ZEP extension won’t halt xenophobic attacks-analysts

Chris Mahove

The extension of the Zimbabwe Extension Permits (ZEP) by another six months by the Ministry of Home Affairs in South Africa will not in any way stop the xenophobic attacks against immigrants, especially Zimbabweans, analysts have said.

More than 200 000 Zimbabweans were faced with an uncertain future after authorities announced the permits would expire this December and would not be renewed.

While Pretoria had urged those affected to seek other suitable permits, majority of the ZEP holders had not yet applied for the new visas and were not likely to do so as they could not meet the requirements for the available permits.

Meanwhile, there had been an escalation of attacks on foreigners by South African nationals who blamed the immigrants for their waning economic fortunes.

Hundreds of foreigners, including a huge chunk of Zimbabweans had their property and homes destroyed, while some were maimed or killed by restive South Africans who were demanding that all

immigrants, legal or not, should leave the country.

The situation has been exacerbated by senior government officials who said inflammatory statements against foreigners, including Health MEC for Limpopo, Phophi Ramathuba, who publicly berated a Zimbabwean national seeking treatment at Bela Bela hospital.

But while the extension of the permits has come as a relief to some in the neighbouring country, analysts have warned that the latest development didn’t signal the end of the anti-foreigner sentiment among ordinary South Africans and even those in government.

Political analysts, Zunidza, said the sponsored violence against regional immigrants in SA was unlikely to end anytime soon regardless of the latest action by the SA government.

“It has to be noted that ZEP only accounts for some 200,000 documented Zimbabwe workers but the Afrophobic anger is directed against 1, 5 million undocumented immigrants. So in the first place the

SA government is not solving anything by cancelling the permits whether in December or next June because those permits are for immigrants engaged in the formal sector and not applicable to informal workers against whom much of the Afrophobic hate is targeted,” he said.

Another political analyst, Vivid Gwede said South Africa was sending contradictory messages to Zimbabwean migrants that they may stay but also that they were a burden.

“With government officials now openly humiliating migrants and xenophobic sentiments mounting in communities, the situation is becoming dangerously untenable. Notable is that South Africa seems to rather prefer skilled migrants from whom their economy is benefitting,” he said.

He, however, noted that it remained the responsibility of the government of Zimbabwe to improve the political and economic situation for Zimbabweans to return and live in their own homeland.

Gideon Chitanga concurred, saying the extension would not heal worsening Xenophobia, saying ending the attacks on foreigners would require a totally different approach.

“I think a combination of factors pushed the (SA) government, concerns from labor markets which have relied on Zimbabwean employees, including the education sector, and condemnation by African governments and civil society,” he said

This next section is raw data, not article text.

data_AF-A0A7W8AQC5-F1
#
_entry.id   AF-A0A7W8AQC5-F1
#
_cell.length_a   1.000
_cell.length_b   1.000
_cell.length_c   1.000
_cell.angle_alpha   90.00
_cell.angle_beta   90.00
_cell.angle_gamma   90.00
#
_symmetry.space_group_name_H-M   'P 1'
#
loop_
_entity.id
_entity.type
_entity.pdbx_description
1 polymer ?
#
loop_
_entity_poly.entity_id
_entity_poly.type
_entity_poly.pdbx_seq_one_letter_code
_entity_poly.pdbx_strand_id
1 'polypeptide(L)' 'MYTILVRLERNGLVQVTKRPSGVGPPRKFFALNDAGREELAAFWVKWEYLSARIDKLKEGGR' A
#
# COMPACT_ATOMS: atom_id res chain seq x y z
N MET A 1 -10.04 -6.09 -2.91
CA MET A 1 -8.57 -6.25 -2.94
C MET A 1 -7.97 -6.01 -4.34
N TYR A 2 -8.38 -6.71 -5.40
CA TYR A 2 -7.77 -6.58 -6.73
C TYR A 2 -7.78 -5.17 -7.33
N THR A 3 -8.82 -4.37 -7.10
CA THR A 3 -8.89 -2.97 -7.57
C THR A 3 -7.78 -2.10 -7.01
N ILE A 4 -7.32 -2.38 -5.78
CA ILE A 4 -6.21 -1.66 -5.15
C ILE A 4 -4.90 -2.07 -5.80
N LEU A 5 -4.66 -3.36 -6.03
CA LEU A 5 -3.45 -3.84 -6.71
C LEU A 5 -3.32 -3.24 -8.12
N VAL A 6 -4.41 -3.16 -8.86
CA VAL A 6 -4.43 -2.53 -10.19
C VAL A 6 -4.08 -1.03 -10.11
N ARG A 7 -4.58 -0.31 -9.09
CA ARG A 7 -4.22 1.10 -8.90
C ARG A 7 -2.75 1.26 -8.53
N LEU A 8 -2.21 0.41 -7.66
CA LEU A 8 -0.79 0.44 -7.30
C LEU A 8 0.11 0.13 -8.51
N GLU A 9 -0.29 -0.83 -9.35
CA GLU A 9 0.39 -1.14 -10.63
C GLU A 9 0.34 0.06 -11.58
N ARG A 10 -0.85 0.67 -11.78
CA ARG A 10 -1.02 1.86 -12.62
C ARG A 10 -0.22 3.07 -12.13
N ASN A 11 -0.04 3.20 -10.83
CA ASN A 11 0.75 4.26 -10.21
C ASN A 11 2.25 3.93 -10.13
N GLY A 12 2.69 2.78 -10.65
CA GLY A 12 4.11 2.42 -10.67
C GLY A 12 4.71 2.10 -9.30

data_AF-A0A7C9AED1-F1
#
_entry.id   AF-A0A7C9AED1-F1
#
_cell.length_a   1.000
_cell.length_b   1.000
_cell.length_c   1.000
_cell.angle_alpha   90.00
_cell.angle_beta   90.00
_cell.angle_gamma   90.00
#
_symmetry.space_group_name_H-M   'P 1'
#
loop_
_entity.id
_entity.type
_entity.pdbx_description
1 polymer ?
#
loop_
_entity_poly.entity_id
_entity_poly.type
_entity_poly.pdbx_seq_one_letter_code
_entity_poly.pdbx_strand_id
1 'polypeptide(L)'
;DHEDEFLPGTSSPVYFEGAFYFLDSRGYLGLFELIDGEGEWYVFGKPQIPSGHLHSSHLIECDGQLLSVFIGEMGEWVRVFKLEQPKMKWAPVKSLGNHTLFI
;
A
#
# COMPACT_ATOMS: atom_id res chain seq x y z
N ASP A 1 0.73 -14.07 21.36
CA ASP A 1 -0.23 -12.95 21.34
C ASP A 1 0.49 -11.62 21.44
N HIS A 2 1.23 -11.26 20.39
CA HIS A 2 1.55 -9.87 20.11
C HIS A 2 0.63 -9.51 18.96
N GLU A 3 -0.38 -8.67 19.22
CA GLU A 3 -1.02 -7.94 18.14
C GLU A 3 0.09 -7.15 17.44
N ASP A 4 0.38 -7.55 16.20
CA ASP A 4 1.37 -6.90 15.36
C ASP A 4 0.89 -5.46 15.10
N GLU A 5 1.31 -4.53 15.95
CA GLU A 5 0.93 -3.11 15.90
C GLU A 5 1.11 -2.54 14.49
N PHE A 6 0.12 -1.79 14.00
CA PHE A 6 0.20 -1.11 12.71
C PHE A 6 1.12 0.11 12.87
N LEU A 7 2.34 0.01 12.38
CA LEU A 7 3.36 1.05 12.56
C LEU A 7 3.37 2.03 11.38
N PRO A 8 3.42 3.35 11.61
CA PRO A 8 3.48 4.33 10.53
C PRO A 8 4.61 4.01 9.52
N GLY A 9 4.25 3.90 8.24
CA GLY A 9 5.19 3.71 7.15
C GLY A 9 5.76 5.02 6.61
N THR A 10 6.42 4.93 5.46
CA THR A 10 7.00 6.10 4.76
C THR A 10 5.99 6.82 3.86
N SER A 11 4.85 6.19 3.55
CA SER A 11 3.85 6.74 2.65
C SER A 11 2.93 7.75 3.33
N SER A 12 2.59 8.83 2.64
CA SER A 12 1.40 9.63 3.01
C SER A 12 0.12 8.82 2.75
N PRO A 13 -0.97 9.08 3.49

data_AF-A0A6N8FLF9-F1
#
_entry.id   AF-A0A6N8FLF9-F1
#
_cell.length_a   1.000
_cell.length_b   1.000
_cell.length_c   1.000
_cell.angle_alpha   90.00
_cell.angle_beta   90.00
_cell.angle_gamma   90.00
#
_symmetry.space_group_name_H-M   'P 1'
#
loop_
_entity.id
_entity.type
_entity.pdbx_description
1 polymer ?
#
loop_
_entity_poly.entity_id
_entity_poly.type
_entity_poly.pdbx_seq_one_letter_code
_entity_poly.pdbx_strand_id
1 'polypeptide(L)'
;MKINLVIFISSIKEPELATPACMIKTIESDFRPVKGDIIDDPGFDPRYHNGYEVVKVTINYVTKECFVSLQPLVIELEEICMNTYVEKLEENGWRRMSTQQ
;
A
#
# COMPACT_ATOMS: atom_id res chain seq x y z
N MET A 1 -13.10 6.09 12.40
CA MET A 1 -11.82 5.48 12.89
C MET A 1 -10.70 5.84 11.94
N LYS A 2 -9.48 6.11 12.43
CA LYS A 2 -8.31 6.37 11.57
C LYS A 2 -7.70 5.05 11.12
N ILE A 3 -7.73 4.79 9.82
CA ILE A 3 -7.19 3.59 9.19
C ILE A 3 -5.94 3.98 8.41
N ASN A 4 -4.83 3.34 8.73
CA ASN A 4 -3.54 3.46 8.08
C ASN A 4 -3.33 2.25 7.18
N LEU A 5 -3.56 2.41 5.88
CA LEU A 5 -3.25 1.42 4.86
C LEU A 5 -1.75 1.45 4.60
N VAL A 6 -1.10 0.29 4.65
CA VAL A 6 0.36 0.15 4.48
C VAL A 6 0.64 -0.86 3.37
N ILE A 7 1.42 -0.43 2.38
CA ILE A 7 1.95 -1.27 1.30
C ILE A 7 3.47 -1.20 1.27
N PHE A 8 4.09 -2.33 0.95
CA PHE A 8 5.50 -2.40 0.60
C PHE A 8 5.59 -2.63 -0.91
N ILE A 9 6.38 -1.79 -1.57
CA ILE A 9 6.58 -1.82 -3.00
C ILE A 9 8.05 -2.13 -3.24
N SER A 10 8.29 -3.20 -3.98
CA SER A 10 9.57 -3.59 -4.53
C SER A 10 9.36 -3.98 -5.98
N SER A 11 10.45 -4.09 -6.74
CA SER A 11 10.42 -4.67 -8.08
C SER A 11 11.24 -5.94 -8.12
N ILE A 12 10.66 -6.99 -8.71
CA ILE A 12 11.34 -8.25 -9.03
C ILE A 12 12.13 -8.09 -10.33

Rejoice Ngwenya said it was important to understand the critical significance of Zimbabwean skills to South Africa.

“My take is that there is background lobbying by 'industry ' that is secluded from public posturing and diplomatic bravado,” he said.

Former Centre for Conflict Management and Transformation (CCMT) Director, Wonder Phiri said the extension of the permits was a stop gap measure which did not address the root causes of the xenophobic attacks, adding that what was worrying was that now the xenophobic agenda was finding support among the top ANC leaders.

“Perhaps they are concerned about securing votes next year. What is needed is genuine dialogue among the two ruling parties to address migration issues,” he said.

He said while a few people might obtain permits, majority of Zimbabweans would remain in SA illegally and future attacks could not be ruled out.

“The number of non-official security structures taking the law into their own hands is worrying; worse the subtle support they seem to be getting from ANC officials,” he said.

A Zimbabwean teacher and social commentator based in South Africa, Lovemore Jack, said it was surprising that South Africa was allowing xenophobic vigilantism when the country was a forerunner in AfCFTA, where one of the fundamental tenets was to guarantee free movement of people and goods across Africa for the benefit of African trade.

“It still remains to be seen as to how this piecemeal reprieve to extend permits will help douse xenophobic flames and also give Zimbabweans in South Africa enough time and space to strategize and decide on whether to stay or return home safely within the confines of protection offered by the extended dispensation,” he said.

Meanwhile, ZANU PF legislators last week assured Zimbabweans in the neighbouring country that the government was spearheading several developmental programmes that would also benefit them should they return to the country at the expiry of their permits.

Zanu PF legislators have reached out to Zimbabweans in South Africa telling them that they were welcome back home should they fail to meet the requirements by authorities in Pretoria for them to remain in that country.

The legislators led by the ruling party’s Chief Whip, Cde Pupurai Togarepi told them that the Second Republic led by President Mnangagwa was spearheading many developmental projects meant to benefit everyone including returning residents consistent with the thrust not to leave anyone or place behind.

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